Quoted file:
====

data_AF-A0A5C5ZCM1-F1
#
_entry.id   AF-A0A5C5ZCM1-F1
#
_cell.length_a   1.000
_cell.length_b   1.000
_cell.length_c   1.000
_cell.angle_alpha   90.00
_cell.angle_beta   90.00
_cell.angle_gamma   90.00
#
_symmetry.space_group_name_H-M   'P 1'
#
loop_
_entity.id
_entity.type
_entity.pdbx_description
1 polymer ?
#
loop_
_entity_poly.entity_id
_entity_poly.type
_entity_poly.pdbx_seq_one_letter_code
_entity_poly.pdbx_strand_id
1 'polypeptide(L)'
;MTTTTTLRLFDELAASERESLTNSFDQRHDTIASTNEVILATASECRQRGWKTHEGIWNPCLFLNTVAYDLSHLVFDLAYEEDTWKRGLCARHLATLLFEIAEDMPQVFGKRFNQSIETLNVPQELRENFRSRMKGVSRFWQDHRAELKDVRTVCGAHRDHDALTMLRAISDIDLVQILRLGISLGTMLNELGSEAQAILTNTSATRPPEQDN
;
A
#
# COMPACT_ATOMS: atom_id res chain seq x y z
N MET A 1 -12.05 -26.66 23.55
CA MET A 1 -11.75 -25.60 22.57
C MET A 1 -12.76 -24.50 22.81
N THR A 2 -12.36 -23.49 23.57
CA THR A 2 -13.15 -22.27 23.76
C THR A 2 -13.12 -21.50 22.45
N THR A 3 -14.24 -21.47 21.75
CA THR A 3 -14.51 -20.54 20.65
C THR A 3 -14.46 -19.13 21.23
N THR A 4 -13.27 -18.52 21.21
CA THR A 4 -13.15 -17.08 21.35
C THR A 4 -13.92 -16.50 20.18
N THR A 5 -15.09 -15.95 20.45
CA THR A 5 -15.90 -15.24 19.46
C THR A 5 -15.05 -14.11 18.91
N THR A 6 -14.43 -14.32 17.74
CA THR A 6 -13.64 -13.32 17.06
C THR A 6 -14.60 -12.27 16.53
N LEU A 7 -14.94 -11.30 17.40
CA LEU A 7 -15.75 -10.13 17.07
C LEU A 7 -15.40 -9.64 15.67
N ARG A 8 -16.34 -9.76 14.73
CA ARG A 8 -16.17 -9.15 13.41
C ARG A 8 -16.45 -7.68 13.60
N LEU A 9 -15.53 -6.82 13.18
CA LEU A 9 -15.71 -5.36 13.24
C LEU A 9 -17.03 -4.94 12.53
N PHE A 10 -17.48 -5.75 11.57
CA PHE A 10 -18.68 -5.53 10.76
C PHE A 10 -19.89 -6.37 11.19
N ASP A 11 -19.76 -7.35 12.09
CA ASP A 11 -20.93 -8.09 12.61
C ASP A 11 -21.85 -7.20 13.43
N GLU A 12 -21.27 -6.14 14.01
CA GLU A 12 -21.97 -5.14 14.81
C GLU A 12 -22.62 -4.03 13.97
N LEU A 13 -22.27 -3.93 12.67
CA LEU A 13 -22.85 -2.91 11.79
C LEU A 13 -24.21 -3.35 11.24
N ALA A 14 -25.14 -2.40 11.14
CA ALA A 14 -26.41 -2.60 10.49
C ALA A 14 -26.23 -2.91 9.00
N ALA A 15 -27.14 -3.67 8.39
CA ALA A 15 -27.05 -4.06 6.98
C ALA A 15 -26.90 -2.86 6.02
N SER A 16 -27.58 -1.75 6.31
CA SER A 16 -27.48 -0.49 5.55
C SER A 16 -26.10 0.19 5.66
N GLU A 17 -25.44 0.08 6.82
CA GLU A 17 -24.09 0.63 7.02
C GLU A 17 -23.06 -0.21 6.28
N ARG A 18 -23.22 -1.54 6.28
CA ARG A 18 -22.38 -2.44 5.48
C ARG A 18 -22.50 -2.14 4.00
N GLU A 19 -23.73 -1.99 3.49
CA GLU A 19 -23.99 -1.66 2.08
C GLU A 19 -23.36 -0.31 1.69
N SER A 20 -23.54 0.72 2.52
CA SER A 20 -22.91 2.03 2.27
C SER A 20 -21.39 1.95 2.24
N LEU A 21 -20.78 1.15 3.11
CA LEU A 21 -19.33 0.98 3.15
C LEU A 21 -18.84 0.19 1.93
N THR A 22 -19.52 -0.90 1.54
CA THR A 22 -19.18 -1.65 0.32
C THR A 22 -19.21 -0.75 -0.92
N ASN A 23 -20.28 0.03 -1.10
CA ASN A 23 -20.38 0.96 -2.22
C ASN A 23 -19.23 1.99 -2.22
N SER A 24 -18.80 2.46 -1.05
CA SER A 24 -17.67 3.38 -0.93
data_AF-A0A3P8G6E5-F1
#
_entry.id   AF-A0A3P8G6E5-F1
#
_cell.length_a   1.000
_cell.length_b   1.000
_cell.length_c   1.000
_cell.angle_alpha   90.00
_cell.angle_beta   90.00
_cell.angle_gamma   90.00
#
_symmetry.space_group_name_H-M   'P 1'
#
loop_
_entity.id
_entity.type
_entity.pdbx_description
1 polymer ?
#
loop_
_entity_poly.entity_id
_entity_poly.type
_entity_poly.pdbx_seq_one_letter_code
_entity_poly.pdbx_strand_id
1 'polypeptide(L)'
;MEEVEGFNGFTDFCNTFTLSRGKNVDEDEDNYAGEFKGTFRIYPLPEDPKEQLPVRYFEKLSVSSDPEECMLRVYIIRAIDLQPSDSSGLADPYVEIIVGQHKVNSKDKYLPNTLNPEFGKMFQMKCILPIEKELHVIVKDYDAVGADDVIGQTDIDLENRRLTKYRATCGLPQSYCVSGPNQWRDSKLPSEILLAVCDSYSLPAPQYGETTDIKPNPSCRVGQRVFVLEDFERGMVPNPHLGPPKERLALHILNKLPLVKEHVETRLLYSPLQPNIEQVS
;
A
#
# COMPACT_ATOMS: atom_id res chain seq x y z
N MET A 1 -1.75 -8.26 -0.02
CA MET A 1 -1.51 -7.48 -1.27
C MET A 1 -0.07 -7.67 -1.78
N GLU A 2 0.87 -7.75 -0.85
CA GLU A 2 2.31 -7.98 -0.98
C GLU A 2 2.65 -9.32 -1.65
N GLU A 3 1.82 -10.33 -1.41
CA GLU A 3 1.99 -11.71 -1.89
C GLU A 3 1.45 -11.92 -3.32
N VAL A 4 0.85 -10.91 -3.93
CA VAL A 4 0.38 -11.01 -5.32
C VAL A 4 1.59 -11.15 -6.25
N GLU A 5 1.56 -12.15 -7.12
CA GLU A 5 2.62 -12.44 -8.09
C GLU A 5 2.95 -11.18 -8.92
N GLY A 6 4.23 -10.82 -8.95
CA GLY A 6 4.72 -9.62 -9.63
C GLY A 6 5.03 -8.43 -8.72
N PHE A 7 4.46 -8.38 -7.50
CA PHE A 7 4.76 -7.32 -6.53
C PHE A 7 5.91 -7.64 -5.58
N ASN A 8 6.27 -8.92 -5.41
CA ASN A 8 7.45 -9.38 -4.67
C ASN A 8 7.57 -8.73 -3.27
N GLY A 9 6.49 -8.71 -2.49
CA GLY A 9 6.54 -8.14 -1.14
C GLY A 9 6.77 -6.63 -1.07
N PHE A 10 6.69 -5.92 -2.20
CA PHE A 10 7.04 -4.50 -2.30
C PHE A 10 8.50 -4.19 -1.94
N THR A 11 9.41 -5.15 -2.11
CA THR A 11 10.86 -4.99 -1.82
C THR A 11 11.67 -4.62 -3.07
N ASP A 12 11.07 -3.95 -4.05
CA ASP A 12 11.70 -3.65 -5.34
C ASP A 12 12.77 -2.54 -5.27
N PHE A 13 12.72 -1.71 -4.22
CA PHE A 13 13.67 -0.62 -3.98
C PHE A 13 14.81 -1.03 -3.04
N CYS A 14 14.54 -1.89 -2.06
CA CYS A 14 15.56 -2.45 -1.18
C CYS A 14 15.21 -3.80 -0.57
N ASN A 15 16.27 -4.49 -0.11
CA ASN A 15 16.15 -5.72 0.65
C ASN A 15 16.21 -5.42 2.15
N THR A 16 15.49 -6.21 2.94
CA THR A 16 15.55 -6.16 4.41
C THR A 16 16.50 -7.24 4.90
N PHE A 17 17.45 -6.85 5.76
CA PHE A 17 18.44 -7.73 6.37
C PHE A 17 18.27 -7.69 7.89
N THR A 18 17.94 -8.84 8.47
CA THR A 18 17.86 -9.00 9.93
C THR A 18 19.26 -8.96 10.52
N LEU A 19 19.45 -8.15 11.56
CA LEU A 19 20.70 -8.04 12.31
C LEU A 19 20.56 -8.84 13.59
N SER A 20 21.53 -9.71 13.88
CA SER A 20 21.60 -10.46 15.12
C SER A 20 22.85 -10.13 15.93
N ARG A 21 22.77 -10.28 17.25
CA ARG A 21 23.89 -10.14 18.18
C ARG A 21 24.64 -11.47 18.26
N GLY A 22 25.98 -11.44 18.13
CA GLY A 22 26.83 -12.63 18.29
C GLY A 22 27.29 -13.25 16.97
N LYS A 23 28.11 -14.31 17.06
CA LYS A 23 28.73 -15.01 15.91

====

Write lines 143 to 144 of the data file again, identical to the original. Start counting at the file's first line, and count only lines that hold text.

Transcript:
C VAL A 4 1.59 -11.15 -6.25
N GLU A 5 1.56 -12.15 -7.12